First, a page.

Wednesday, 22 February 2012

How To Survive Your Next Interview

[From a posting of mine to the cam.misc newsgroup]

Forget how-to-be-interviewed books. No, really - forget them. They're a waste of your money and time. I can probably condense the most useful advice into a single blog posting, so here goes.


Know what the organisation has done, what they will be doing (the Press Releases section of the website is a gold mine!), and about the part of the business you're targeting yourself towards. Find out the names of the people in charge of that part of the company, and whether they've been in the news recently.

Research the company itself in the online news sources.

If you understand finance, pull their financial records for the past few years. You can often do this through Yahoo! Finance or similar for free, or Companies House's "WebCHeck" [sic] for smaller UK companies - it only costs a few pounds. Find out where they are in their growth cycle, and whether they're on the up or the down generally. A good number to look at is "cash in hand" - compare with turnover. Do they have the reserves to keep them going if things go pear-shaped? Remember a few quotable numbers for the interview.


Seriously! I've lost count of the number of candidates who can't remember their own CV at interview, and have to be prompted (by a stranger) about what they've done in their own life! Make sure you know the companies, the dates of employment, and what you did there.

For each organisation, go over in your mind what you did, what skills you used, what you did wrong, what you did right, what responsibilities you had, how the job assisted your career growth and path, and what lessons you learnt.


Find out who's interviewing you, and all you can about them - what they did in previous jobs, what they're doing now, their blog posts, tweets and so on. LinkedIn is handy - and if you're researching me for your next interview, my LinkedIn profile is here!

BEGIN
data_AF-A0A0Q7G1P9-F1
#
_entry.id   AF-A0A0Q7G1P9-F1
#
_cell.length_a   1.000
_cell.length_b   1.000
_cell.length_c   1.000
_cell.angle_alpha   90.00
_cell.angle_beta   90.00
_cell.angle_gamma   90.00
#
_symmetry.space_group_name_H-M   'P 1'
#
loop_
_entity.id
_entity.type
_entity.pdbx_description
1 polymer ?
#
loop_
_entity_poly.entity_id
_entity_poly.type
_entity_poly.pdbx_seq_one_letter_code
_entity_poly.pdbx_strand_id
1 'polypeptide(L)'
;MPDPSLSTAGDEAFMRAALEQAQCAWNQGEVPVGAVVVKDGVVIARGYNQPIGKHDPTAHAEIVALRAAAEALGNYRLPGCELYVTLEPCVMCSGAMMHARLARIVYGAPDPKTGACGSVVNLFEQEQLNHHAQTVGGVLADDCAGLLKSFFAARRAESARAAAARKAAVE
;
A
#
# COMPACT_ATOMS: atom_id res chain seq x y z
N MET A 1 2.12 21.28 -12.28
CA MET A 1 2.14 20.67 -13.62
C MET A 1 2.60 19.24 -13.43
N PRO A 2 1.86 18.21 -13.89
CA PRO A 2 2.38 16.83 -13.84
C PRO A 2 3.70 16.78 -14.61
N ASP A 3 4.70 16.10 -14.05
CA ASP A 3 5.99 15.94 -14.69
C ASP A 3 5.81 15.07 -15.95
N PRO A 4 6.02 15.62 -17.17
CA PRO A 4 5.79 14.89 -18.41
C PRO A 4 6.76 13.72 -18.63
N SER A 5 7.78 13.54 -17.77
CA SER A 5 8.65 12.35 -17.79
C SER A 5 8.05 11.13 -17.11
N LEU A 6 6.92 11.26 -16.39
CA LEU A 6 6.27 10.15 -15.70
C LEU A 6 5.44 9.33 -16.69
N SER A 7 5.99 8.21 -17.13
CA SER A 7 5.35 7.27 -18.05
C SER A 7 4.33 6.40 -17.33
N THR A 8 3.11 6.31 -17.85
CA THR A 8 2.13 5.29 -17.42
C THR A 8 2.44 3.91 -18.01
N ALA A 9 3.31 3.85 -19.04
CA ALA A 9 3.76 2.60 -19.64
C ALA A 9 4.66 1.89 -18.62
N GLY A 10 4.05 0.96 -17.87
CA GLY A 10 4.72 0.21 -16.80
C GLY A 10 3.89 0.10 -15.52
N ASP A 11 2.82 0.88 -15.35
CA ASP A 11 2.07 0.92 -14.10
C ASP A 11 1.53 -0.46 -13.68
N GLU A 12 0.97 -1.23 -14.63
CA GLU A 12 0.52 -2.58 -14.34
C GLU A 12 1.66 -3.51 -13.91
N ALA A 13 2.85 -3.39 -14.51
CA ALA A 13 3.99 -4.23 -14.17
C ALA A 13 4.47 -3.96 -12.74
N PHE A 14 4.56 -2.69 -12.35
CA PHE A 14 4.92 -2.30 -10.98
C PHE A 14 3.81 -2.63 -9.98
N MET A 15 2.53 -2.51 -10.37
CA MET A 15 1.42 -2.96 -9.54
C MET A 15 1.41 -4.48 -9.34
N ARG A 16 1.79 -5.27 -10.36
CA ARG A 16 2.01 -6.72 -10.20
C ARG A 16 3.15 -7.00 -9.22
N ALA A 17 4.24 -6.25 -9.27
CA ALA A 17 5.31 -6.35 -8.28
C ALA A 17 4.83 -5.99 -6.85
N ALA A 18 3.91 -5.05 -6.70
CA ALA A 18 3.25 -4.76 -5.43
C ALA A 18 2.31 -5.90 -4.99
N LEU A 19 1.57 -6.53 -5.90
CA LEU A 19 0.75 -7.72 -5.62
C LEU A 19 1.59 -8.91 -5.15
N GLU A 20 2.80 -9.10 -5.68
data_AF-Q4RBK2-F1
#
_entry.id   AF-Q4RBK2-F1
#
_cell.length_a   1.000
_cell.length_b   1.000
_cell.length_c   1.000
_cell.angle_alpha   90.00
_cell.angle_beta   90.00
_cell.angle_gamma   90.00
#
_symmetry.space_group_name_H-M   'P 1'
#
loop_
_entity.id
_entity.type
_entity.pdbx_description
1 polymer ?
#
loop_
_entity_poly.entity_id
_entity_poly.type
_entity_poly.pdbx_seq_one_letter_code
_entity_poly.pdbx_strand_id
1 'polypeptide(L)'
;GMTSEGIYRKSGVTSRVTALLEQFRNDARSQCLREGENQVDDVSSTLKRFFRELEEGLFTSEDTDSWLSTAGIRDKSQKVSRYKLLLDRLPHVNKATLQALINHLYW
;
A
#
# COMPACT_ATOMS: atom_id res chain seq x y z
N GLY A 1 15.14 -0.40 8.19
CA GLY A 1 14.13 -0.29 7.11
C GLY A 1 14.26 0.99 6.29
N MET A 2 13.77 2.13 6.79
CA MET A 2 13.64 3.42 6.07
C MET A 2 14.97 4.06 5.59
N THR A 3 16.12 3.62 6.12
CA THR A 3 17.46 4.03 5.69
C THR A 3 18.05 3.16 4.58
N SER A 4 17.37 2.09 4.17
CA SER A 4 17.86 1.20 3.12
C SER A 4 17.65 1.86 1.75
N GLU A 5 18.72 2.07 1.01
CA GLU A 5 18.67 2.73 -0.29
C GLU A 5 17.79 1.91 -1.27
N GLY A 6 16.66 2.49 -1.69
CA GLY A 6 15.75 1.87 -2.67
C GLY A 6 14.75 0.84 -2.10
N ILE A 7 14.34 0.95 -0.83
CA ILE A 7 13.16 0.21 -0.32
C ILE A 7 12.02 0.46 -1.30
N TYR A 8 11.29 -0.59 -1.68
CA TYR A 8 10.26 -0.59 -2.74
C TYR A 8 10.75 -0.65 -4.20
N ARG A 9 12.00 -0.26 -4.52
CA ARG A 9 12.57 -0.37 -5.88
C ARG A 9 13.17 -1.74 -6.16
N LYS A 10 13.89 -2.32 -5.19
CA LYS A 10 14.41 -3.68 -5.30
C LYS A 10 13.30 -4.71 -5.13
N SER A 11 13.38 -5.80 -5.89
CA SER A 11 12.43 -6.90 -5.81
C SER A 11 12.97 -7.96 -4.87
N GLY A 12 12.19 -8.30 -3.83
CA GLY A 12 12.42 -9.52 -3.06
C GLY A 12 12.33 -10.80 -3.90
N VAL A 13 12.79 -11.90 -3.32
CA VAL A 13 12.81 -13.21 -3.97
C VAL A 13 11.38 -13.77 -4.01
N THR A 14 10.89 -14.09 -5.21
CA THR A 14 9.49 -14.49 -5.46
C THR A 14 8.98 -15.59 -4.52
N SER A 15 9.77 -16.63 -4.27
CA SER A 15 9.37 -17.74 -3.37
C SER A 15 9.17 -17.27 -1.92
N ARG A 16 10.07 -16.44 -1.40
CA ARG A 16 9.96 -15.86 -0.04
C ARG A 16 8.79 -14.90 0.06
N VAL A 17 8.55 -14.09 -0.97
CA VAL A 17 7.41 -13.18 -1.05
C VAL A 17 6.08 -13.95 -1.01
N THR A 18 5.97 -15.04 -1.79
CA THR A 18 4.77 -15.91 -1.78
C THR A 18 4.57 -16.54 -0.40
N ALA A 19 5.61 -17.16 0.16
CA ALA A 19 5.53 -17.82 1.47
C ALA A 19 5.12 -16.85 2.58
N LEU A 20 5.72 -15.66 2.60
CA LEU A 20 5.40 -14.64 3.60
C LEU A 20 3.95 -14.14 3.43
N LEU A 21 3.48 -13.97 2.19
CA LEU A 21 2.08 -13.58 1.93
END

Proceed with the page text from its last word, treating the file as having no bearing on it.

You're probably not going to mention much if any of that stuff during the interview, but it will give you a real insight into the people you're hoping will be your future colleagues. That said, if you can remember one or two facts about what each interviewer is doing at the company right now, or has said at recent conference talks, that might be worth dropping in casually. People like to be remembered and respected.


Read the job spec forwards and backwards: commit it to memory. Remember the points where you fit it. Remember the points where you don't, and be prepared to say what you plan to do about it.

Also look at the company's website Careers section and find out what else they're looking for - after all, if you're not a perfect fit for one job, it doesn't hurt to say: "OK, I can see I'm not going to be ideal for you for this job - but I see you're also looking for a [...]. Would it be helpful to discuss that with you, or with your colleagues that are dealing with it, whilst I'm still in the building today?"


Don't, for pity's sake, in response to those horrible "What are your weakest points?" questions, come up with something corny like "I'm just too modest/perfectionist/...". Trust me, interviewers will cringe inside when they hear them.


* Understand your shortcomings - and how you plan to overcome them in the future.

* Understand your strengths - and what you plan to do with them.

* Understand your future intents - what you expect to be doing years hence. It's absolutely acceptable, by the way, to say, "I'm following the fun, doing the stuff that I enjoy most. What that will be may change a lot in five years time, so I'm open to where life will take me." You might think it sounds wishy-washy and indecisive, but you're showing adaptability and enthusiasm. And if it they don't like that, and want someone with a fixed career trajectory, did you really want to work for them anyway?

Be prepared to say, "I don't know - but I'm very willing to learn, and [if your CV supports it] I've an excellent track record of picking up and using new skills on the job."